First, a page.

Flavor

[We’ll note that Sr. Legorreta took issue with the portrayal of the tastes and essences of tequilas produced with a diffuser as described by some bloggers, believing them to be too subjective.]

“This process gives to the taster a more herbal, clean and citric experience.  Also this process is more efficient and as a result gives a tequila with better standards in methanol, aldehydes and other compounds not desired because at high levels produces hangovers.”

 

Traditional Process vs. Modern Technology

“We respect a lot [the] traditional process.  The only thing we believe is that the consumer has the last word to choose between one tequila flavor from another.
“There are people that prefer the traditional strong flavor from tequila.  Other people are preferring tequilas [that are] more pure, citric with subtle notes of fresh agave like if you are smelling [the] agave and [the] land.”
[Tweet “Diffused or no? Consumers have the last word in choosing between one #tequila flavor & another.”]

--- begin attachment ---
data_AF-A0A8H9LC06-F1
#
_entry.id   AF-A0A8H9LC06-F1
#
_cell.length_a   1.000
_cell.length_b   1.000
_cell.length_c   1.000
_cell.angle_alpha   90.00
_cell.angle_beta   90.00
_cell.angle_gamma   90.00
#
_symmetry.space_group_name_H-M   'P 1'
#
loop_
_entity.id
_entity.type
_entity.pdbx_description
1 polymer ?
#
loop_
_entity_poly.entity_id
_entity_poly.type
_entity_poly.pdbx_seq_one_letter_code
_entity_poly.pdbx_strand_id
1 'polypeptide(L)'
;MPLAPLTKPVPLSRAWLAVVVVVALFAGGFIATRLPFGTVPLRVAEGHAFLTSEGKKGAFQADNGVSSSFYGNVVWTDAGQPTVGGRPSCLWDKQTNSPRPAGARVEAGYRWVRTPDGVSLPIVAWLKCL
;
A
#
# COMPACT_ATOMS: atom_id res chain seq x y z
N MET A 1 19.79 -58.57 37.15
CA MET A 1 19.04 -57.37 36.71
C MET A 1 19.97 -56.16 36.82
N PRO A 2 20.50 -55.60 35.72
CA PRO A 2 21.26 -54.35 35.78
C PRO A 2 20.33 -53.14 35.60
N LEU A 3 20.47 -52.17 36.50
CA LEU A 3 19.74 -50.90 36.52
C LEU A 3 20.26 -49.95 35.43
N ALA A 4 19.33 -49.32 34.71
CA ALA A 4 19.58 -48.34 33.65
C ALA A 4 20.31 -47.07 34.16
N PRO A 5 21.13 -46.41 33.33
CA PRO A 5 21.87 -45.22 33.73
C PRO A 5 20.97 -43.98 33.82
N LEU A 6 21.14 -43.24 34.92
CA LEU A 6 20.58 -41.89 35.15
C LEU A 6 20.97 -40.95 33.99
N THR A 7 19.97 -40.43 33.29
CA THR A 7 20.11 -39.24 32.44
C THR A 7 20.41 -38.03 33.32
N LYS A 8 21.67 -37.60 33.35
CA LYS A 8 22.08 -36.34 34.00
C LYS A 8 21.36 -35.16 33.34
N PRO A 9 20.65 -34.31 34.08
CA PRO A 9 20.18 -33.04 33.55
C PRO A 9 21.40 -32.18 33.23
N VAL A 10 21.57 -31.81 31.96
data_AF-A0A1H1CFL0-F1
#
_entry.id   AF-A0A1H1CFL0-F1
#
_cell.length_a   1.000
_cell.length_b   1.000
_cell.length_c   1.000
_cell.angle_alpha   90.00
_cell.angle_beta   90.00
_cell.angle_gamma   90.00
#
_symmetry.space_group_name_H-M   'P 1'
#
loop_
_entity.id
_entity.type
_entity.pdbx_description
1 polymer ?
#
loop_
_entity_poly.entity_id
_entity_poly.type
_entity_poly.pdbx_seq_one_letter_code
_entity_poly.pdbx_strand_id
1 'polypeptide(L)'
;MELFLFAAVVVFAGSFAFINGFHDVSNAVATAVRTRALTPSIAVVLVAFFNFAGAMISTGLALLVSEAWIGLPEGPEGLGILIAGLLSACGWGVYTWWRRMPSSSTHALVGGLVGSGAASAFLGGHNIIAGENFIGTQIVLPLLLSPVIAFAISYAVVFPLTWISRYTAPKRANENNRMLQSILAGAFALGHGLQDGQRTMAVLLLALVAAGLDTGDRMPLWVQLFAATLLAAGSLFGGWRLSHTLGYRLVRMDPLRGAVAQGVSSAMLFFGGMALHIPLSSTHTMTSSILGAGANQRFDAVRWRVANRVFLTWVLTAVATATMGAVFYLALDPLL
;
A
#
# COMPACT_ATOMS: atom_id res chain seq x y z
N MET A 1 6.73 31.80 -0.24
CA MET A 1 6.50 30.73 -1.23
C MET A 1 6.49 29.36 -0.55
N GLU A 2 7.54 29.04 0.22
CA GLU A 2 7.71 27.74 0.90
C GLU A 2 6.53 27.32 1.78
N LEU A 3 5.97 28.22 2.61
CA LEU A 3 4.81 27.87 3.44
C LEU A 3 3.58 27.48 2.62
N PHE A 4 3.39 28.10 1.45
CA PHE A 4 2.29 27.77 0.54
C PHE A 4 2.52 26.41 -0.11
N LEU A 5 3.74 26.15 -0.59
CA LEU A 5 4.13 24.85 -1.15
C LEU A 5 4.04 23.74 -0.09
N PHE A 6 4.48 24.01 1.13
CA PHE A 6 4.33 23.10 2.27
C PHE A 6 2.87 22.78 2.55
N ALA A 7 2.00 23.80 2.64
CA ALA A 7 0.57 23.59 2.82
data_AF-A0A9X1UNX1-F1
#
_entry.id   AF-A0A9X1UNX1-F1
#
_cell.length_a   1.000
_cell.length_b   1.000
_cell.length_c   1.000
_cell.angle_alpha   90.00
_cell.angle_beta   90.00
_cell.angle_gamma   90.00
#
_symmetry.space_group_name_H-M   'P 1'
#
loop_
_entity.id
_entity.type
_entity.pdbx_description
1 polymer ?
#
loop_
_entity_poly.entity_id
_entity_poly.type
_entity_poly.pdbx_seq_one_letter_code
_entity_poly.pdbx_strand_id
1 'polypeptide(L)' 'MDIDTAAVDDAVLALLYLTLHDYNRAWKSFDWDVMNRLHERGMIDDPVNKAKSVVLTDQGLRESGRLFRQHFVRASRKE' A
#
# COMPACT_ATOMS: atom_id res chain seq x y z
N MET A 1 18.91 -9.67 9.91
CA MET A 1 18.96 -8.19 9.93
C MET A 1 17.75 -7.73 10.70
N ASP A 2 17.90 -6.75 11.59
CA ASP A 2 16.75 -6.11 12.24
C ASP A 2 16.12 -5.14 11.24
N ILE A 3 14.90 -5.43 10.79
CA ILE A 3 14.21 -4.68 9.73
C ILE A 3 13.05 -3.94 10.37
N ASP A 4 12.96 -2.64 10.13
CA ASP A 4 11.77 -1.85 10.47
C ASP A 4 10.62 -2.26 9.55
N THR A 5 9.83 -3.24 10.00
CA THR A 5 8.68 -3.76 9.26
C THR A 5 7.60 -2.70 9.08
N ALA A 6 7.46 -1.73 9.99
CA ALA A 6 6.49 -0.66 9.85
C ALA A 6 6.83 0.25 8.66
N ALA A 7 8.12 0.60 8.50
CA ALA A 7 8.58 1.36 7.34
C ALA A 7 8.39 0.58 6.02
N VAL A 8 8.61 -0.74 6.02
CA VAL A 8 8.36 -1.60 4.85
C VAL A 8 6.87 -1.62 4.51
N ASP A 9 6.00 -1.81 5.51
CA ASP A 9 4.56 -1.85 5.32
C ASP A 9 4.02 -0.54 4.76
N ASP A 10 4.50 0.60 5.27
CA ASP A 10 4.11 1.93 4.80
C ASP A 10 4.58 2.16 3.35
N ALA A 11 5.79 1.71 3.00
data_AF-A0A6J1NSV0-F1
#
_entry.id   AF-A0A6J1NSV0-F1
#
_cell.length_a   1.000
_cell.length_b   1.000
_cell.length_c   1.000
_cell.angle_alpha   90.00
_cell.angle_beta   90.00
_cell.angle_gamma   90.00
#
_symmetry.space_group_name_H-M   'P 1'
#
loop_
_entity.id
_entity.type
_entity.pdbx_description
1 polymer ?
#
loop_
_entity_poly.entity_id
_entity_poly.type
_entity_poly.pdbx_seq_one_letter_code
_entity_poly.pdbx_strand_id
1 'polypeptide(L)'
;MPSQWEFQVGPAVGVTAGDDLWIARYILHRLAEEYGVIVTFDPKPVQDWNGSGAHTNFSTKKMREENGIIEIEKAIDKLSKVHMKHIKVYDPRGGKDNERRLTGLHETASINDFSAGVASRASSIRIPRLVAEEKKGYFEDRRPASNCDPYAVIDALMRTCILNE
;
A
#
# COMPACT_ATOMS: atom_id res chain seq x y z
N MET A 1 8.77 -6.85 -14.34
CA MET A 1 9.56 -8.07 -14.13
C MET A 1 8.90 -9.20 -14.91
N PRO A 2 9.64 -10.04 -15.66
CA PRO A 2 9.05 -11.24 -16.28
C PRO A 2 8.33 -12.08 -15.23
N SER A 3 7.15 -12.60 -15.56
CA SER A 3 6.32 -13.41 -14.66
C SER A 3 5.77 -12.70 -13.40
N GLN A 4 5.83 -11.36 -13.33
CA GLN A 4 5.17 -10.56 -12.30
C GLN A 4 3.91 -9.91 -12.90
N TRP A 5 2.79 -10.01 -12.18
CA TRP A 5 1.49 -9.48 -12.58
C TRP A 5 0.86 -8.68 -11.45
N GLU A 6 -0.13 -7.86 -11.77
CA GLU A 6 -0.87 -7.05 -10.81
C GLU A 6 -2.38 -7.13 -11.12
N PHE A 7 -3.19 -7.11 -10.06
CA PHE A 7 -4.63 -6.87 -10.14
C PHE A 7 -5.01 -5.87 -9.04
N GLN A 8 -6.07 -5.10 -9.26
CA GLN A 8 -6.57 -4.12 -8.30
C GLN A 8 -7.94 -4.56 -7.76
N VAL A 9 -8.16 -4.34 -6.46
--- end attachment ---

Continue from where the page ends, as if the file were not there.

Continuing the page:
Environment

Reiterating what was demonstrated in the videos above, Sr. Legorreta explains…
“A difusor process uses less than 50% of energy, and less than 60% of water used in traditional processes to produce same quantities of liters.  Additional to this [at the] Leyros Distillery we recycle the bagasse that we get in the last phase of the difusor.  All this with our completely self-sufficient green boiler is fueled with bagasse from our own mill.”

 

About That Stigma…

“About why many distilleries denied they have a difusor, I can guess without knowing a reason from first hand–that is because traditional process with ovens sounds more romantic than the technology of a difusor.”
“In fact, a lot of distilleries focus their marketing efforts around traditional processes.  I guess this is working.  If not, I [suppose] they would be focusing more in the tasting notes of the final product.”